Hurricane Sandy was making its way through the Bahamas Thursday night, bringing destructive winds, driving rain, and dangerous storm surges to the central islands.
At 10 p.m. CDT, the National Hurricane Center in Miami reported that Sandy was about 15 miles north-northeast of Eleuthera Island in the Bahamas and about 185 miles east-southeast of Freeport. The storm was moving to the north-northwest at 13 mph.
Sandy was packing maximum sustained winds of 90 mph, according to a hurricane hunter aircraft, making it a category 1 hurricane on the Saffir-Simpson scale. The storm had been a category 2 hurricane earlier in the day, when it cut across Cuba. NHC forecasters were anticipating that the storm would gradually weaken over the next 48 hours, but would remain a hurricane as it moves into the northwest Bahamas Friday.
The Tribune newspaper in Nassau reported that there were widespread power outages in the southern, western, and central neighborhoods of that city.
Long Island was one of the first islands in the Bahamas hit by the center of the powerful hurricane and significant damage was reported.
Joel Friese, head of the Stella Maris Resort on Long Island, told the Tribune that winds in excess of 100 mph had damaged roofs, felled trees, and knocked down electricity and phone lines.
“It was way stronger than we expected,” Friese said. “The eye seems to have passed over a good portion of Long Island from south to north.”
Friese said the resort escaped with only some damaged shingles, but some homes in the area had suffered significant roof damage.
“We did all of this last year with Irene,” he noted. “This is a big blow considering this is only one year after that.”
Farmers on Long Island were experiencing major crop losses due to the storm, Member of Parliament Loretta Butler-Turner told the Nassau Guardian. Bananas, pineapples, corn, and peas are among the crops produced on the island.
Butler-Turner said the government administration center in Clarence Town was damaged by wind.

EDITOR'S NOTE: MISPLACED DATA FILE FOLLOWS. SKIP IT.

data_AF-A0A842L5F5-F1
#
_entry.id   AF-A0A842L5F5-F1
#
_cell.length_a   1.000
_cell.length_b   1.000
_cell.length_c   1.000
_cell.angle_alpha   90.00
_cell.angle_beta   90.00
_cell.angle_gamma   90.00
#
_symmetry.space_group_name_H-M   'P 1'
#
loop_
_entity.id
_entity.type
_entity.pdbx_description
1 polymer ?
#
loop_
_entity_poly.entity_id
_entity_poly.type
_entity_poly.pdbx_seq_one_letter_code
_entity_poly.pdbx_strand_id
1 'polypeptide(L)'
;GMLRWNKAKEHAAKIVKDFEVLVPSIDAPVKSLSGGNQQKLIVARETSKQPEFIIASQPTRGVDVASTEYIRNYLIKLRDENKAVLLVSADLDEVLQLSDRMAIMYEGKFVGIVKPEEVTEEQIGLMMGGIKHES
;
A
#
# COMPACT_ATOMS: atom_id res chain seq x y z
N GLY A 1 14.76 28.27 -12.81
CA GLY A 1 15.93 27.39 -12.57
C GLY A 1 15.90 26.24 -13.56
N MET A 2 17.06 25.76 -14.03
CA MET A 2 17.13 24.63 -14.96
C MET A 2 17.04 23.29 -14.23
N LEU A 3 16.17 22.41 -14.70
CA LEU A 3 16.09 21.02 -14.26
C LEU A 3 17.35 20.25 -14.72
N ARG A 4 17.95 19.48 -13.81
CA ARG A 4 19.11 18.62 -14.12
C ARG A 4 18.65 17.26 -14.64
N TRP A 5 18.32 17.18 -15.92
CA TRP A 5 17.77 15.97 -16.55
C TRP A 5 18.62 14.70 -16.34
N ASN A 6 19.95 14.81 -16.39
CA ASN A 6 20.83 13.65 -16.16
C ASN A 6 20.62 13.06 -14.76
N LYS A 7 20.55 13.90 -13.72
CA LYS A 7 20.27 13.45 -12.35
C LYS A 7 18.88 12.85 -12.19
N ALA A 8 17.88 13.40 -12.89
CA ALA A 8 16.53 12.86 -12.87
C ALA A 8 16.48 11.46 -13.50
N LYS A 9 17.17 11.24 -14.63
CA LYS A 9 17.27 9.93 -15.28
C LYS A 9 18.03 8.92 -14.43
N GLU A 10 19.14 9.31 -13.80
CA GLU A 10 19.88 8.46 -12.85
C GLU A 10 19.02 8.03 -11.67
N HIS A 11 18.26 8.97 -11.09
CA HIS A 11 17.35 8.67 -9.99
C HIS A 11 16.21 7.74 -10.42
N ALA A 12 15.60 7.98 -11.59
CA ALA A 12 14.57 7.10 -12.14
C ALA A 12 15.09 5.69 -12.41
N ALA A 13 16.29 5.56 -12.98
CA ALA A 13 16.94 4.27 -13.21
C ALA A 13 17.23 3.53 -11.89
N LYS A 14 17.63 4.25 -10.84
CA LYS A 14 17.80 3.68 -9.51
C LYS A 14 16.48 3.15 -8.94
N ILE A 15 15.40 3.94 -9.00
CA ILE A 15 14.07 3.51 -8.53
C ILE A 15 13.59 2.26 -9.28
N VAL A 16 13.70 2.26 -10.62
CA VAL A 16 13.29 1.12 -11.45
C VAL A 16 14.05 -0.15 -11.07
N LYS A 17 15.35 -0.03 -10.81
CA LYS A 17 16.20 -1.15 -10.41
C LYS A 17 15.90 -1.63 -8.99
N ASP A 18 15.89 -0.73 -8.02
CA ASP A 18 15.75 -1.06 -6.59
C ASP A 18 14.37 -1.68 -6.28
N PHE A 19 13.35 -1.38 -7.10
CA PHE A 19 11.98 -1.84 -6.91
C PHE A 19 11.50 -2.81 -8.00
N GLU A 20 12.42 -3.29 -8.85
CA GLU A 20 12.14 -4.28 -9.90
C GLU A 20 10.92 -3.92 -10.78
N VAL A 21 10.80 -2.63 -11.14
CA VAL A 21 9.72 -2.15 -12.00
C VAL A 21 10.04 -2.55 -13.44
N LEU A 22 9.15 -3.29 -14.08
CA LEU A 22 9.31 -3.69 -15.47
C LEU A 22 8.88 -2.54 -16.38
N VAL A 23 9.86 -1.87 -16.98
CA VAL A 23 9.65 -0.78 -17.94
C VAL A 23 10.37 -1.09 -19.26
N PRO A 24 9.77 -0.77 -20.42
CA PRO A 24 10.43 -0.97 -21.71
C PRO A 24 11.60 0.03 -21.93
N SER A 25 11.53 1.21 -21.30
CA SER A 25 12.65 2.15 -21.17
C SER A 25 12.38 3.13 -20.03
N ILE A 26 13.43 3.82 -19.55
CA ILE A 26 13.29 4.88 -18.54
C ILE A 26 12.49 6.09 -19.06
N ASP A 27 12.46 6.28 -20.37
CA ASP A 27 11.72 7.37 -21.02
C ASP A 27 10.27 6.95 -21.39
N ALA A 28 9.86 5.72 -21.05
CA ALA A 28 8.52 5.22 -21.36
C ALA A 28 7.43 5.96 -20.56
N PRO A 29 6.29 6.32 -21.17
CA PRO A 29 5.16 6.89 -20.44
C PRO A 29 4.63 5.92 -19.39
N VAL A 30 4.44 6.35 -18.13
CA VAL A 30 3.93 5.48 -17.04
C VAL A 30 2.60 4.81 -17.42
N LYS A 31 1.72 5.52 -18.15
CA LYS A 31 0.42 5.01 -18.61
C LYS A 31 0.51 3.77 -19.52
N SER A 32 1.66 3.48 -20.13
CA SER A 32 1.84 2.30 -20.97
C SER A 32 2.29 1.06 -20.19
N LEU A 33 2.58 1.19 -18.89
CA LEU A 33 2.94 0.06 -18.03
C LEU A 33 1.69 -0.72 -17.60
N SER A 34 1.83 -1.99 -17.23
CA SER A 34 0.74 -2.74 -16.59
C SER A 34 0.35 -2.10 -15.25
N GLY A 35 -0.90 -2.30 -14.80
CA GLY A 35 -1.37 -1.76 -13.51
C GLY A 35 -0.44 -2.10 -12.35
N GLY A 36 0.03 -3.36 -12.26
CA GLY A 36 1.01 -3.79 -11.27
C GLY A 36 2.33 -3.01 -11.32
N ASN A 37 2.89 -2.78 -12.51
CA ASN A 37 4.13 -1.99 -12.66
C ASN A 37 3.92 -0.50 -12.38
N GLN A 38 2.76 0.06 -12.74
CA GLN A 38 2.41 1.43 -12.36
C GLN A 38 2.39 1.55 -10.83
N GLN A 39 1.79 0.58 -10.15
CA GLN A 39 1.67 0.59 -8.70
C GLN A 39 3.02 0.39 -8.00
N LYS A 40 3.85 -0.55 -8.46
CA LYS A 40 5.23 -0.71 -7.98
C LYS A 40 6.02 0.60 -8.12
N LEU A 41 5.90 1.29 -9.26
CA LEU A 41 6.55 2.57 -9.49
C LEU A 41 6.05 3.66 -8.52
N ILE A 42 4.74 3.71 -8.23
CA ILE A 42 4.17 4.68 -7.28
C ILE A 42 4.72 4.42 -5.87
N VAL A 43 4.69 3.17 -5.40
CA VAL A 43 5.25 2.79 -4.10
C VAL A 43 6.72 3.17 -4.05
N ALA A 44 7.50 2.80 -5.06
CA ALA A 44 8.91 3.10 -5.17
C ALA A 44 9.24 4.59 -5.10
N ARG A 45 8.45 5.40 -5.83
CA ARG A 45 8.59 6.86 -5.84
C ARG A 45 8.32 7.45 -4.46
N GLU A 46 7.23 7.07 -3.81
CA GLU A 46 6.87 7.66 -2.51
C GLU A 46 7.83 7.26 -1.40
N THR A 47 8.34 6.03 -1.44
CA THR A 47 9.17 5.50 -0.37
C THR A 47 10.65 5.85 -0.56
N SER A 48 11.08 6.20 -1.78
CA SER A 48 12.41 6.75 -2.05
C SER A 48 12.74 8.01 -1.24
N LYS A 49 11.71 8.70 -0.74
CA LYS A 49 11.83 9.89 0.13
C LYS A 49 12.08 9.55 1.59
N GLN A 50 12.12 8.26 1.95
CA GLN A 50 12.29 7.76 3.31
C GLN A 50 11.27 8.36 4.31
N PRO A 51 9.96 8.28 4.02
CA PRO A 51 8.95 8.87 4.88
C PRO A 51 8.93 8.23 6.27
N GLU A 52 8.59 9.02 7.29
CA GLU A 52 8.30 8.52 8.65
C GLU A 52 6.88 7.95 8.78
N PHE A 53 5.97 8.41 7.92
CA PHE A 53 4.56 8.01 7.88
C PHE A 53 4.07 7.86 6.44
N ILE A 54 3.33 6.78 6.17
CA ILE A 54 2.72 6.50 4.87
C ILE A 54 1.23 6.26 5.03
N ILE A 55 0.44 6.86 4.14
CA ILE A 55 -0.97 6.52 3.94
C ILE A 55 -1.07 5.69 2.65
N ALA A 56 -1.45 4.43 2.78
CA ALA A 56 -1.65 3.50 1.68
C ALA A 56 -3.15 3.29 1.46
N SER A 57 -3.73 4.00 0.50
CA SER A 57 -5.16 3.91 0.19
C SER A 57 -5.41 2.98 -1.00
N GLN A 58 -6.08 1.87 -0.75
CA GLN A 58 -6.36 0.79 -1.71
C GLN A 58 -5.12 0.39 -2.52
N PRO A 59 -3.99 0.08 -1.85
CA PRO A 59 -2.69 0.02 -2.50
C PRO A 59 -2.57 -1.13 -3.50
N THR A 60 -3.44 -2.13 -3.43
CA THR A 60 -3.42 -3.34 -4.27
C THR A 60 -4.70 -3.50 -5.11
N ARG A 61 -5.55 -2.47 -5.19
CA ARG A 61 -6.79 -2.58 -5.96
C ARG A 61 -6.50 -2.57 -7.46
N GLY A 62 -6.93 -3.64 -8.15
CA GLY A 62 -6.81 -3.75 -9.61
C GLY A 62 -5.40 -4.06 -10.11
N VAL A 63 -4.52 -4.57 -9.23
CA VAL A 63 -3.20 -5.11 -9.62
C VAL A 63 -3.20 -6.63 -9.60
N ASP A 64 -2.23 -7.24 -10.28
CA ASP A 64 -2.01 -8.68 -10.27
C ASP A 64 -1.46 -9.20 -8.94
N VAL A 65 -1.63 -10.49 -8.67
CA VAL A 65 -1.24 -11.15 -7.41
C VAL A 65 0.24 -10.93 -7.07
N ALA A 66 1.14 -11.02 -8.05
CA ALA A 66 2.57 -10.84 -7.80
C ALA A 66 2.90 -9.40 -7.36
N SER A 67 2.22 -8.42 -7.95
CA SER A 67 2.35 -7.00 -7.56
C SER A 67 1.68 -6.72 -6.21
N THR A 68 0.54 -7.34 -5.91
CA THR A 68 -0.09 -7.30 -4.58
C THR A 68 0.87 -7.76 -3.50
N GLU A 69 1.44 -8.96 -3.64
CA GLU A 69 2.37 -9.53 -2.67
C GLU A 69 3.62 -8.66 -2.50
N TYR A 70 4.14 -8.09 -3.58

The government of the Bahamas ordered all schools on the islands closed Thursday and Friday. Government offices, with the exception of emergency services, also were closed and the government advised airports and seaports to close, as well.
Cat Island and Exuma also were hit hard by the storm.
A hurricane warning remained in effect for the northwest Bahamas, but the Bahamian government had changed the hurricane warning for the central Bahamas to a tropical storm warning and discontinued all watches and warning for the southeast Bahamas.
Sandy has caused itinerary changes for a number of cruise ships. Royal Caribbean’s Monarch of the Seas raced from the Bahamas toward the Florida coast Thursday ahead of the approaching storm. The ship was nearing Port Canaveral at 10 p.m. CDT.
Royal Caribbean said it was not changing any itineraries for ships scheduled to leave the Florida coast over the weekend.
“Given Hurricane Sandy’s current location and projected path, Royal Caribbean has not altered the itineraries of any ship that departs tomorrow, Saturday, or Sunday,” the cruise line said in a statement on its website. “However, we encourage guests sailing on Majesty of the Seas, Monarch of the Seas, and Oasis of the Seas [to] monitor this website for any additional updates.”
Much of the east coast of Florida is under either a tropical storm watch or warning. Sandy could cause a storm surge of 1-3 feet in the warning area along the Florida coast, according to the NHC. The storm is expected to produce 1-3 inches of rainfall in southeast and east-central Florida, with some spots possibly picking up as much as 6 inches.